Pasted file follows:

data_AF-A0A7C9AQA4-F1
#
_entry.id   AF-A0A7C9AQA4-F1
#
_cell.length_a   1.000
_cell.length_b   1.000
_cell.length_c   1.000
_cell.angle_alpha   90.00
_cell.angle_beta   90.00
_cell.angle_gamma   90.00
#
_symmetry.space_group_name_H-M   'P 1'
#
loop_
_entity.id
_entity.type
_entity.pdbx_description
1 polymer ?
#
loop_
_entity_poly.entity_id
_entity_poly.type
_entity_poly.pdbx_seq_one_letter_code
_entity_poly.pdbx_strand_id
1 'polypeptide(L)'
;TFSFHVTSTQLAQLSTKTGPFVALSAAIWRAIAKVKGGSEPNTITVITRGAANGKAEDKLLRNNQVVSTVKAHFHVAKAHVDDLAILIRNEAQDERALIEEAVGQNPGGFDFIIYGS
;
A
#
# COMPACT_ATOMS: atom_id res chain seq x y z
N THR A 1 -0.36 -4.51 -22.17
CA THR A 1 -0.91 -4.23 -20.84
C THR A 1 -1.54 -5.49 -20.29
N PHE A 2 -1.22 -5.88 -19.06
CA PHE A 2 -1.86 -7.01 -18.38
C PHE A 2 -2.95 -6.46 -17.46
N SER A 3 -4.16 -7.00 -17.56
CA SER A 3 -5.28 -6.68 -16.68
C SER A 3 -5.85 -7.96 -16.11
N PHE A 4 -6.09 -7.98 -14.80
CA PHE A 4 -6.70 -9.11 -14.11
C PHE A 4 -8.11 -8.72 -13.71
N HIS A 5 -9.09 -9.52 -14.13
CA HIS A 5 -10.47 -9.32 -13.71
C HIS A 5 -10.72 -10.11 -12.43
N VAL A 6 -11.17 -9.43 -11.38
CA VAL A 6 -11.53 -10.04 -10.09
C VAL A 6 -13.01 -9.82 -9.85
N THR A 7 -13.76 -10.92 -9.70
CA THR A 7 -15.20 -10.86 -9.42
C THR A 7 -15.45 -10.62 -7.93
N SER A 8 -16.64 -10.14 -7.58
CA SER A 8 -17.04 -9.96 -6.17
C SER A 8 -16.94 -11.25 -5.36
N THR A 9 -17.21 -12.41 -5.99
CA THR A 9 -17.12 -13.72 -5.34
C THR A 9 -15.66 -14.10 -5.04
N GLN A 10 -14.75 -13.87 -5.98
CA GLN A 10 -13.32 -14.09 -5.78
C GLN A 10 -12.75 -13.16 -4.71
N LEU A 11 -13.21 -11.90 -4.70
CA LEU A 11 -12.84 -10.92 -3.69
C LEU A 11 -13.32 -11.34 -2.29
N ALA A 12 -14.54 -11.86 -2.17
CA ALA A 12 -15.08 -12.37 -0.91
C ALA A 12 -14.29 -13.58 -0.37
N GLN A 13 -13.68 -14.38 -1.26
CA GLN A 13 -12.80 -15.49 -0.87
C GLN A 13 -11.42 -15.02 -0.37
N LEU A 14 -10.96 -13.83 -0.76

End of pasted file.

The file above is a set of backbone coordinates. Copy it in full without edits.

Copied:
data_AF-A0A7C9AQA4-F1
#
_entry.id   AF-A0A7C9AQA4-F1
#
_cell.length_a   1.000
_cell.length_b   1.000
_cell.length_c   1.000
_cell.angle_alpha   90.00
_cell.angle_beta   90.00
_cell.angle_gamma   90.00
#
_symmetry.space_group_name_H-M   'P 1'
#
loop_
_entity.id
_entity.type
_entity.pdbx_description
1 polymer ?
#
loop_
_entity_poly.entity_id
_entity_poly.type
_entity_poly.pdbx_seq_one_letter_code
_entity_poly.pdbx_strand_id
1 'polypeptide(L)'
;TFSFHVTSTQLAQLSTKTGPFVALSAAIWRAIAKVKGGSEPNTITVITRGAANGKAEDKLLRNNQVVSTVKAHFHVAKAHVDDLAILIRNEAQDERALIEEAVGQNPGGFDFIIYGS
;
A
#
# COMPACT_ATOMS: atom_id res chain seq x y z
N THR A 1 -0.36 -4.51 -22.17
CA THR A 1 -0.91 -4.23 -20.84
C THR A 1 -1.54 -5.49 -20.29
N PHE A 2 -1.22 -5.88 -19.06
CA PHE A 2 -1.86 -7.01 -18.38
C PHE A 2 -2.95 -6.46 -17.46
N SER A 3 -4.16 -7.00 -17.56
CA SER A 3 -5.28 -6.68 -16.68
C SER A 3 -5.85 -7.96 -16.11
N PHE A 4 -6.09 -7.98 -14.80
CA PHE A 4 -6.70 -9.11 -14.11
C PHE A 4 -8.11 -8.72 -13.71
N HIS A 5 -9.09 -9.52 -14.13
CA HIS A 5 -10.47 -9.32 -13.71
C HIS A 5 -10.72 -10.11 -12.43
N VAL A 6 -11.17 -9.43 -11.38
CA VAL A 6 -11.53 -10.04 -10.09
C VAL A 6 -13.01 -9.82 -9.85
N THR A 7 -13.76 -10.92 -9.70
CA THR A 7 -15.20 -10.86 -9.42
C THR A 7 -15.45 -10.62 -7.93
N SER A 8 -16.64 -10.14 -7.58
CA SER A 8 -17.04 -9.96 -6.17
C SER A 8 -16.94 -11.25 -5.36
N THR A 9 -17.21 -12.41 -5.99
CA THR A 9 -17.12 -13.72 -5.34
C THR A 9 -15.66 -14.10 -5.04
N GLN A 10 -14.75 -13.87 -5.98
CA GLN A 10 -13.32 -14.09 -5.78
C GLN A 10 -12.75 -13.16 -4.71
N LEU A 11 -13.21 -11.90 -4.70
CA LEU A 11 -12.84 -10.92 -3.69
C LEU A 11 -13.32 -11.34 -2.29
N ALA A 12 -14.54 -11.86 -2.17
CA ALA A 12 -15.08 -12.37 -0.91
C ALA A 12 -14.29 -13.58 -0.37
N GLN A 13 -13.68 -14.38 -1.26
CA GLN A 13 -12.80 -15.49 -0.87
C GLN A 13 -11.42 -15.02 -0.37
N LEU A 14 -10.96 -13.83 -0.76